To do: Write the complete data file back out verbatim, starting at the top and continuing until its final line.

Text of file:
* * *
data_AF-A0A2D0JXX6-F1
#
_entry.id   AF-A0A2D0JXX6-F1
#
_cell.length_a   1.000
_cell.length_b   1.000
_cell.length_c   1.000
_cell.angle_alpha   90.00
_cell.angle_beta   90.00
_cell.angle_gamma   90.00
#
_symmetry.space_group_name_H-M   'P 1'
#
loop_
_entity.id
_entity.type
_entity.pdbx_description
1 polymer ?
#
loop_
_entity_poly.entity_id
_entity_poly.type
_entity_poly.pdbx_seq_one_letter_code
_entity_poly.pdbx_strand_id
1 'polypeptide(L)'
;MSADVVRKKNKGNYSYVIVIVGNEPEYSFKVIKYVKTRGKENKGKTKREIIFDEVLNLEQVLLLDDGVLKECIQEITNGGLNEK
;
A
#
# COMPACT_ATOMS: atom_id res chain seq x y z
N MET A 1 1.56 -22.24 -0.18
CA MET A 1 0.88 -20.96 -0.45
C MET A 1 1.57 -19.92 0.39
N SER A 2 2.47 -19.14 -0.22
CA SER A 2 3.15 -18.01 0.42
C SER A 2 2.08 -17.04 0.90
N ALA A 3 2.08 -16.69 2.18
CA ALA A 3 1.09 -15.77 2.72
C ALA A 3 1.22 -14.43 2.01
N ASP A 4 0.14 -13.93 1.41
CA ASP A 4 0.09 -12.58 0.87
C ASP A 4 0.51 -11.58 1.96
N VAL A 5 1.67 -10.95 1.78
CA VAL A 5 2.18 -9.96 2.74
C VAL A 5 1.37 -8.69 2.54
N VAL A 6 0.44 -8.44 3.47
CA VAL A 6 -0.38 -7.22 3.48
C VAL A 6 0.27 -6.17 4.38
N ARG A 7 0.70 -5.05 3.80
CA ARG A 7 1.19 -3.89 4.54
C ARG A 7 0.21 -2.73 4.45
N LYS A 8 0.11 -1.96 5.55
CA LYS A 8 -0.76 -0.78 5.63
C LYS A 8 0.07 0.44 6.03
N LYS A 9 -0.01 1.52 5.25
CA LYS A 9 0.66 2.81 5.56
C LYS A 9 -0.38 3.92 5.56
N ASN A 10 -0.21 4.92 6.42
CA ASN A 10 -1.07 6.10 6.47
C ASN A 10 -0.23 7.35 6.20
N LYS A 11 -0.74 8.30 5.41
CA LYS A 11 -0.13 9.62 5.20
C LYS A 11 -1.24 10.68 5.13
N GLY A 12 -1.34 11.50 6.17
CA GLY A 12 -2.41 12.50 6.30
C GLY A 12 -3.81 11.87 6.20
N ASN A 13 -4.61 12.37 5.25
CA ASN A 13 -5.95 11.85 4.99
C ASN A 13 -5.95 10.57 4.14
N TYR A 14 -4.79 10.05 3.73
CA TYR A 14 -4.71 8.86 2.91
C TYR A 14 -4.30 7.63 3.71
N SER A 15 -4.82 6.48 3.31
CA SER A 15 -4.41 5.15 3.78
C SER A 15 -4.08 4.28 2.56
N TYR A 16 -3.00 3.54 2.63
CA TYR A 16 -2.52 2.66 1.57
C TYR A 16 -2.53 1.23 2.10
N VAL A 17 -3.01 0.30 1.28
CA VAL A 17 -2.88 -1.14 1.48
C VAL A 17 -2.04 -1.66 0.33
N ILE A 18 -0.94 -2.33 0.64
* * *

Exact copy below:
data_AF-A0A2D0JXX6-F1
#
_entry.id   AF-A0A2D0JXX6-F1
#
_cell.length_a   1.000
_cell.length_b   1.000
_cell.length_c   1.000
_cell.angle_alpha   90.00
_cell.angle_beta   90.00
_cell.angle_gamma   90.00
#
_symmetry.space_group_name_H-M   'P 1'
#
loop_
_entity.id
_entity.type
_entity.pdbx_description
1 polymer ?
#
loop_
_entity_poly.entity_id
_entity_poly.type
_entity_poly.pdbx_seq_one_letter_code
_entity_poly.pdbx_strand_id
1 'polypeptide(L)'
;MSADVVRKKNKGNYSYVIVIVGNEPEYSFKVIKYVKTRGKENKGKTKREIIFDEVLNLEQVLLLDDGVLKECIQEITNGGLNEK
;
A
#
# COMPACT_ATOMS: atom_id res chain seq x y z
N MET A 1 1.56 -22.24 -0.18
CA MET A 1 0.88 -20.96 -0.45
C MET A 1 1.57 -19.92 0.39
N SER A 2 2.47 -19.14 -0.22
CA SER A 2 3.15 -18.01 0.42
C SER A 2 2.08 -17.04 0.90
N ALA A 3 2.08 -16.69 2.18
CA ALA A 3 1.09 -15.77 2.72
C ALA A 3 1.22 -14.43 2.01
N ASP A 4 0.14 -13.93 1.41
CA ASP A 4 0.09 -12.58 0.87
C ASP A 4 0.51 -11.58 1.96
N VAL A 5 1.67 -10.95 1.78
CA VAL A 5 2.18 -9.96 2.74
C VAL A 5 1.37 -8.69 2.54
N VAL A 6 0.44 -8.44 3.47
CA VAL A 6 -0.38 -7.22 3.48
C VAL A 6 0.27 -6.17 4.38
N ARG A 7 0.70 -5.05 3.80
CA ARG A 7 1.19 -3.89 4.54
C ARG A 7 0.21 -2.73 4.45
N LYS A 8 0.11 -1.96 5.55
CA LYS A 8 -0.76 -0.78 5.63
C LYS A 8 0.07 0.44 6.03
N LYS A 9 -0.01 1.52 5.25
CA LYS A 9 0.66 2.81 5.56
C LYS A 9 -0.38 3.92 5.56
N ASN A 10 -0.21 4.92 6.42
CA ASN A 10 -1.07 6.10 6.47
C ASN A 10 -0.23 7.35 6.20
N LYS A 11 -0.74 8.30 5.41
CA LYS A 11 -0.13 9.62 5.20
C LYS A 11 -1.24 10.68 5.13
N GLY A 12 -1.34 11.50 6.17
CA GLY A 12 -2.41 12.50 6.30
C GLY A 12 -3.81 11.87 6.20
N ASN A 13 -4.61 12.37 5.25
CA ASN A 13 -5.95 11.85 4.99
C ASN A 13 -5.95 10.57 4.14
N TYR A 14 -4.79 10.05 3.73
CA TYR A 14 -4.71 8.86 2.91
C TYR A 14 -4.30 7.63 3.71
N SER A 15 -4.82 6.48 3.31
CA SER A 15 -4.41 5.15 3.78
C SER A 15 -4.08 4.28 2.56
N TYR A 16 -3.00 3.54 2.63
CA TYR A 16 -2.52 2.66 1.57
C TYR A 16 -2.53 1.23 2.10
N VAL A 17 -3.01 0.30 1.28
CA VAL A 17 -2.88 -1.14 1.48
C VAL A 17 -2.04 -1.66 0.33
N ILE A 18 -0.94 -2.33 0.64